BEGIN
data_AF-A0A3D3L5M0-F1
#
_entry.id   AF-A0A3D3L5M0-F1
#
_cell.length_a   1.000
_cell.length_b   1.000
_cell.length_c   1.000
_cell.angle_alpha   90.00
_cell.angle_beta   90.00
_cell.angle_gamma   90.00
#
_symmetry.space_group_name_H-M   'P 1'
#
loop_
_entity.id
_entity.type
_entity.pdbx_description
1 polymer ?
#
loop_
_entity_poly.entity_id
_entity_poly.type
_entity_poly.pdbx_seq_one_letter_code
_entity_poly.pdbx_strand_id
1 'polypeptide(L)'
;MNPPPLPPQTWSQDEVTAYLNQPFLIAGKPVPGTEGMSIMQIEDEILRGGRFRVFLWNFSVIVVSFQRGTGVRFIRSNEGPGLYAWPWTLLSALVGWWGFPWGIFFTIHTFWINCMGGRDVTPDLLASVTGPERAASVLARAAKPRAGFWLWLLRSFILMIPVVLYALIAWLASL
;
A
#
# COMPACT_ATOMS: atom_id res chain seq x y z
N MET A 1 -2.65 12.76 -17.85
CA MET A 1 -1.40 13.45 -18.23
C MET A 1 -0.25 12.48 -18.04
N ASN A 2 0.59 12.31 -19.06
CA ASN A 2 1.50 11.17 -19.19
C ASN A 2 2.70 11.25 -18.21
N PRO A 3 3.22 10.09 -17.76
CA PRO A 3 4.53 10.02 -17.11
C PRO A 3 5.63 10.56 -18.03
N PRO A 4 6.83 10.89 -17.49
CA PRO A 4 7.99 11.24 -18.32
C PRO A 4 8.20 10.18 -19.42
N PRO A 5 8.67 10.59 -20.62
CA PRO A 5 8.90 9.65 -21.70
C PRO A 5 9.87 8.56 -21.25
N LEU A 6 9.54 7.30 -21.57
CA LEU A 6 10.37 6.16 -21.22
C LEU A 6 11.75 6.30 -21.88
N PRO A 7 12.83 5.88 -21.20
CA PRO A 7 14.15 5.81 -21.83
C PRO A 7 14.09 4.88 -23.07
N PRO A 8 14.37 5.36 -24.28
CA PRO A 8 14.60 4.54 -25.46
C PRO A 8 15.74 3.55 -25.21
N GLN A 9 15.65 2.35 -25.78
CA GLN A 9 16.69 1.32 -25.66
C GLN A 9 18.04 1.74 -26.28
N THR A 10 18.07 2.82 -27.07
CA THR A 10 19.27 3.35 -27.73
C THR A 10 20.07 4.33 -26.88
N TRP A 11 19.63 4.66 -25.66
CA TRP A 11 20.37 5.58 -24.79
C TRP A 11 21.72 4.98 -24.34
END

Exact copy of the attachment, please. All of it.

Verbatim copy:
data_AF-A0A3D3L5M0-F1
#
_entry.id   AF-A0A3D3L5M0-F1
#
_cell.length_a   1.000
_cell.length_b   1.000
_cell.length_c   1.000
_cell.angle_alpha   90.00
_cell.angle_beta   90.00
_cell.angle_gamma   90.00
#
_symmetry.space_group_name_H-M   'P 1'
#
loop_
_entity.id
_entity.type
_entity.pdbx_description
1 polymer ?
#
loop_
_entity_poly.entity_id
_entity_poly.type
_entity_poly.pdbx_seq_one_letter_code
_entity_poly.pdbx_strand_id
1 'polypeptide(L)'
;MNPPPLPPQTWSQDEVTAYLNQPFLIAGKPVPGTEGMSIMQIEDEILRGGRFRVFLWNFSVIVVSFQRGTGVRFIRSNEGPGLYAWPWTLLSALVGWWGFPWGIFFTIHTFWINCMGGRDVTPDLLASVTGPERAASVLARAAKPRAGFWLWLLRSFILMIPVVLYALIAWLASL
;
A
#
# COMPACT_ATOMS: atom_id res chain seq x y z
N MET A 1 -2.65 12.76 -17.85
CA MET A 1 -1.40 13.45 -18.23
C MET A 1 -0.25 12.48 -18.04
N ASN A 2 0.59 12.31 -19.06
CA ASN A 2 1.50 11.17 -19.19
C ASN A 2 2.70 11.25 -18.21
N PRO A 3 3.22 10.09 -17.76
CA PRO A 3 4.53 10.02 -17.11
C PRO A 3 5.63 10.56 -18.03
N PRO A 4 6.83 10.89 -17.49
CA PRO A 4 7.99 11.24 -18.32
C PRO A 4 8.20 10.18 -19.42
N PRO A 5 8.67 10.59 -20.62
CA PRO A 5 8.90 9.65 -21.70
C PRO A 5 9.87 8.56 -21.25
N LEU A 6 9.54 7.30 -21.57
CA LEU A 6 10.37 6.16 -21.22
C LEU A 6 11.75 6.30 -21.88
N PRO A 7 12.83 5.88 -21.20
CA PRO A 7 14.15 5.81 -21.83
C PRO A 7 14.09 4.88 -23.07
N PRO A 8 14.37 5.36 -24.28
CA PRO A 8 14.60 4.54 -25.46
C PRO A 8 15.74 3.55 -25.21
N GLN A 9 15.65 2.35 -25.78
CA GLN A 9 16.69 1.32 -25.66
C GLN A 9 18.04 1.74 -26.28
N THR A 10 18.07 2.82 -27.07
CA THR A 10 19.27 3.35 -27.73
C THR A 10 20.07 4.33 -26.88
N TRP A 11 19.63 4.66 -25.66
CA TRP A 11 20.37 5.58 -24.79
C TRP A 11 21.72 4.98 -24.34